NEW ORLEANS—Wayne Chambless used to see people in suits when he looked out the window of the Sir Speedy print shop he owns downtown.
These days, it's mostly T-shirts, jeans and hard-hats.
Chambless estimates his shop, nestled among the city's skyscrapers and their good-paying jobs, had almost 200 regular customers. Since reopening a couple of weeks ago, he's heard from only about five of them.
"Most of the work that I'm getting now is coming from people doing the work—the out-of-town contractors wanting forms and things, and some insurance adjusters," Chambless said.
Two months after Hurricane Katrina, New Orleans is still healing. Retail stores and restaurants in and around the city are limping along with reduced staffs. Stores are having trouble getting goods from stock rooms to shelves. It's common to see limited hours, limited service and limited menus. It's unusual to see a store or restaurant here without a help-wanted sign as managers scramble to become fully staffed and operational.
But there's little demand yet for accountants, bankers, and other high-paying professional positions. The corporations that employ such people have yet to return—and may not for quite a while.
Louisiana State University economist Robert Newman said the city's infrastructure, shopping, dining, housing and schools are all part of a system that has been "thrown a curveball" and needs to be fixed before corporations will feel comfortable returning.
"It doesn't do me much good to have a job if there's no place to shop," Newman said.
That has left an imbalance in the job market. Low-skill jobs that normally offer low pay are going unfilled. High-skill jobs have an abundance of candidates.
Chris Perkins has hired only five workers since the Krispy Kreme doughnut shop he manages reopened about a month ago—even though the starting pay has increased to $7 per hour, plus a bonus of $15 for every eight hours worked. He needs about 20 more workers. Some employers are offering bonuses as high as $6,000 to attract workers.
That high demand extends to construction workers and laborers needed for repairs.
"The labor pool down here is definitely a worker's market," said Herbert Santos, a board member of the Greater New Orleans AFL-CIO and the business manager for Painters Local 80.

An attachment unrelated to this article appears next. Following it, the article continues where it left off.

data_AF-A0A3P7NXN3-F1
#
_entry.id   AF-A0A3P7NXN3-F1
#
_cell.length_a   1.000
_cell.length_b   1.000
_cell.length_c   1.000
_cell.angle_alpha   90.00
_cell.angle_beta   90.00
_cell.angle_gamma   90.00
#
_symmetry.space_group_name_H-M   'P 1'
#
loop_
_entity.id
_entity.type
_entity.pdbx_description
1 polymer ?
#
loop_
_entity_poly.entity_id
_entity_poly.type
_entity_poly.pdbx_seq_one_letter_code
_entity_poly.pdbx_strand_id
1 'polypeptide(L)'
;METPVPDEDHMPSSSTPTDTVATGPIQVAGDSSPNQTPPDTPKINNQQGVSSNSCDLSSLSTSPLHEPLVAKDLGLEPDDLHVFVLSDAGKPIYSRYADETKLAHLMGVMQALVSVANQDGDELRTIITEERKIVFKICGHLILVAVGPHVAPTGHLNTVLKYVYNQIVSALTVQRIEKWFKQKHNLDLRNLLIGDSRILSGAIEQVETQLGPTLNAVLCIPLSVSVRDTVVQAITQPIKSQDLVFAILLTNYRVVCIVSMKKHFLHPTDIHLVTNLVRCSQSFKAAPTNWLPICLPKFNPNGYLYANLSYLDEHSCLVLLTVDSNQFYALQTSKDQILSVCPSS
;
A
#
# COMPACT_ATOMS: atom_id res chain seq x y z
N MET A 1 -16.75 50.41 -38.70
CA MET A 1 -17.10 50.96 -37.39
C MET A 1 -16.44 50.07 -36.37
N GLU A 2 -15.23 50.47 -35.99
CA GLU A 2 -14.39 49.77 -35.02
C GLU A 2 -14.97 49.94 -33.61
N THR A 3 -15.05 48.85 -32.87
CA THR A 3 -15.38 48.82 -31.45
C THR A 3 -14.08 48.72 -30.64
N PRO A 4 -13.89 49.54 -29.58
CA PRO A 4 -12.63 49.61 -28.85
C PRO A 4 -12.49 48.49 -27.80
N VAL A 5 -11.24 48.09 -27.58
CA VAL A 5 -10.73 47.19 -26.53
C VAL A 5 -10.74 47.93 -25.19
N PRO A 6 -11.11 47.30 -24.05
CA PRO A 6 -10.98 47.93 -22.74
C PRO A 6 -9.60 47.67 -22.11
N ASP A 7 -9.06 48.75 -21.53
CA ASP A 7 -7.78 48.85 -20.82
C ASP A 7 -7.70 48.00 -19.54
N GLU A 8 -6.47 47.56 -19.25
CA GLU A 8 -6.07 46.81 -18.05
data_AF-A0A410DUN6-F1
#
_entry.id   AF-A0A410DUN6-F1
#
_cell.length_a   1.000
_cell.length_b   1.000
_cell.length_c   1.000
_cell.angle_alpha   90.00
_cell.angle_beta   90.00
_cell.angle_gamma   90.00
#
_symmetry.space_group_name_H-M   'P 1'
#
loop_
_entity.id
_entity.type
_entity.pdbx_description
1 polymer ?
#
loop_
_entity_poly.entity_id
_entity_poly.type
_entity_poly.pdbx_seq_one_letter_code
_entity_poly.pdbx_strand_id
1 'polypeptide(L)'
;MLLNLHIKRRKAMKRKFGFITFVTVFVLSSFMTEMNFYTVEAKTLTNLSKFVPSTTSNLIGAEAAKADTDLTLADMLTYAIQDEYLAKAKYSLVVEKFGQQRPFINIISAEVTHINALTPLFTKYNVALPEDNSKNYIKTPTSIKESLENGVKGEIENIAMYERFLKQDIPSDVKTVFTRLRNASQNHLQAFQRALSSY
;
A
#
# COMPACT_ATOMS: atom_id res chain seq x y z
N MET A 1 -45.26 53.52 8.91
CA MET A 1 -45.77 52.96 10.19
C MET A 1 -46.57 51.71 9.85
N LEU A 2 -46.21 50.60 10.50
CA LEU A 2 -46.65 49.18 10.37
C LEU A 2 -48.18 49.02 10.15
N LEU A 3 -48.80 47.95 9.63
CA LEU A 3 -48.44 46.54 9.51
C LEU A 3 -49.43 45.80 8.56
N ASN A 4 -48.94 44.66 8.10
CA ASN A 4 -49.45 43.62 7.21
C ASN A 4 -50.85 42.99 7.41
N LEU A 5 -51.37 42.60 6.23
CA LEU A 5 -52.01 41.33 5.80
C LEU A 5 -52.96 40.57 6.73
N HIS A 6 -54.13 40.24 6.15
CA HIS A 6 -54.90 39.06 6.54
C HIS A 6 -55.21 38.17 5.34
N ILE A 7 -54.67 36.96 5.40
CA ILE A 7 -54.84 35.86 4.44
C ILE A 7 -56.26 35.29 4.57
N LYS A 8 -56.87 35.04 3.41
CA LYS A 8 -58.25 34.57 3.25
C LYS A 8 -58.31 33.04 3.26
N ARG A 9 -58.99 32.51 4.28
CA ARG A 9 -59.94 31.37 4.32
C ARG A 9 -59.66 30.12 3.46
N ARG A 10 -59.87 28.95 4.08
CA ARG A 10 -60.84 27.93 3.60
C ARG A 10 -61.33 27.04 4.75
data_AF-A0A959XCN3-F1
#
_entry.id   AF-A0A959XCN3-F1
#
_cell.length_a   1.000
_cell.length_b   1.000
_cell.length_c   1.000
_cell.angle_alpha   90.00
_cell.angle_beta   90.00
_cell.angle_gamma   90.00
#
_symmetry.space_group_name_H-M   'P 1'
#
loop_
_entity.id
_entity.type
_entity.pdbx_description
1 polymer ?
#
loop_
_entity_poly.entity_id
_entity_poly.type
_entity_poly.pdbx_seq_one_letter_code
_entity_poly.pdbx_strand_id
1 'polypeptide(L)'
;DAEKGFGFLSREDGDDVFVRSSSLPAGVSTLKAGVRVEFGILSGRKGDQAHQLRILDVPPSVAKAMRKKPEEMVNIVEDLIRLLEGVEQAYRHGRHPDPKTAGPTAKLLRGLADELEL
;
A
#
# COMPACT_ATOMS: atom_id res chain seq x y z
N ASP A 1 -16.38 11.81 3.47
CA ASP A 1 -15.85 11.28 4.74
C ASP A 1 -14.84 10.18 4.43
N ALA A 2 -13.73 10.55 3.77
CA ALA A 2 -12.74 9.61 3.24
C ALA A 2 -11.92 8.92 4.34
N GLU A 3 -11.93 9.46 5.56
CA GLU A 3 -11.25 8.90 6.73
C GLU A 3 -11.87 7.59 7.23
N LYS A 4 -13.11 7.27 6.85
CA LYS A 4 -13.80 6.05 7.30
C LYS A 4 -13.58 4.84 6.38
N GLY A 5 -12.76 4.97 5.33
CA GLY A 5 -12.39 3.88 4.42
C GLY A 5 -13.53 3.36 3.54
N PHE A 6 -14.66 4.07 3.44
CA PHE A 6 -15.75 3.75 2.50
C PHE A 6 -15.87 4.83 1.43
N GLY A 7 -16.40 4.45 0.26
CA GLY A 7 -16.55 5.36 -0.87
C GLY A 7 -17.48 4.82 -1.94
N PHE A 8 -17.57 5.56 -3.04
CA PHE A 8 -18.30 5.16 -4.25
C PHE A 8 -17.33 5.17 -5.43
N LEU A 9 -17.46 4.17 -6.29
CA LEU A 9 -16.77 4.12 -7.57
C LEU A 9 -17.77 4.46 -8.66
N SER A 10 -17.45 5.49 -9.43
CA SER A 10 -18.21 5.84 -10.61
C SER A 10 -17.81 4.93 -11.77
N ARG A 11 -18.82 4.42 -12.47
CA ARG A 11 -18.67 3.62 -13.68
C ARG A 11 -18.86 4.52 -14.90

But professional workers are having trouble finding work.
Suzanne Sehon of Remedy Intelligent Staffing, an employee recruiter, said jobs and applicants just aren't matching well.
Sehon recruits administrators, clerks and other professionals for some of the city's top companies and law firms. At a job fair last Tuesday in Metairie, just west of New Orleans, she had only about 50 positions that needed to be filled, and she predicted a dozen of those would be taken before the end of the week by some of the roughly 350 job seekers who spoke with her.
"I've seen degreed accountants, high-end administrative people, IT (information technology) professionals, health care workers, lots of teachers, government workers," Sehon said.
It's easy to see why professionals are looking for employment.
Many downtown buildings remain fenced off. Chambless, the print shop owner, said elevators still aren't working in some buildings. Other buildings don't have water on the upper floors.
Several corporations such as Entergy Corp., which had about 1,400 employees downtown, have temporarily relocated.
Entergy spokeswoman Yolanda Pollard said the company hopes to move its headquarters back to New Orleans from a temporary location at the former WorldCom building in Mississippi.
"There are many factors we have to consider before we could return, such as places for employees to live, schools for their children to attend, adequate medical facilities, transportation, and infrastructure," Pollard said. "Our employees can only work where they are safe and secure and where an adequate, functioning infrastructure exists. We have to be able to ensure that those conditions exist before we can return to New Orleans."
Perhaps visitors are the city's brightest rays of hope.
Tourists spent almost $5 billion last year, according to the city's Convention and Visitors Bureau. And they're already returning.
"Technically, we're not inviting visitors back until January," said Kim Priez, vice president of tourism for the bureau. "But I can't stop people from coming. It warms our heart in New Orleans to know how many people are fond of our city."
Priez said the city expects to have about 22,000 hotel rooms available by Jan. 1, up from the 10,000 to 12,000 available now.
(Brueggemann reports for the Belleville (Ill.) News Democrat.)
(c) 2005, Knight Ridder/Tribune Information Services.
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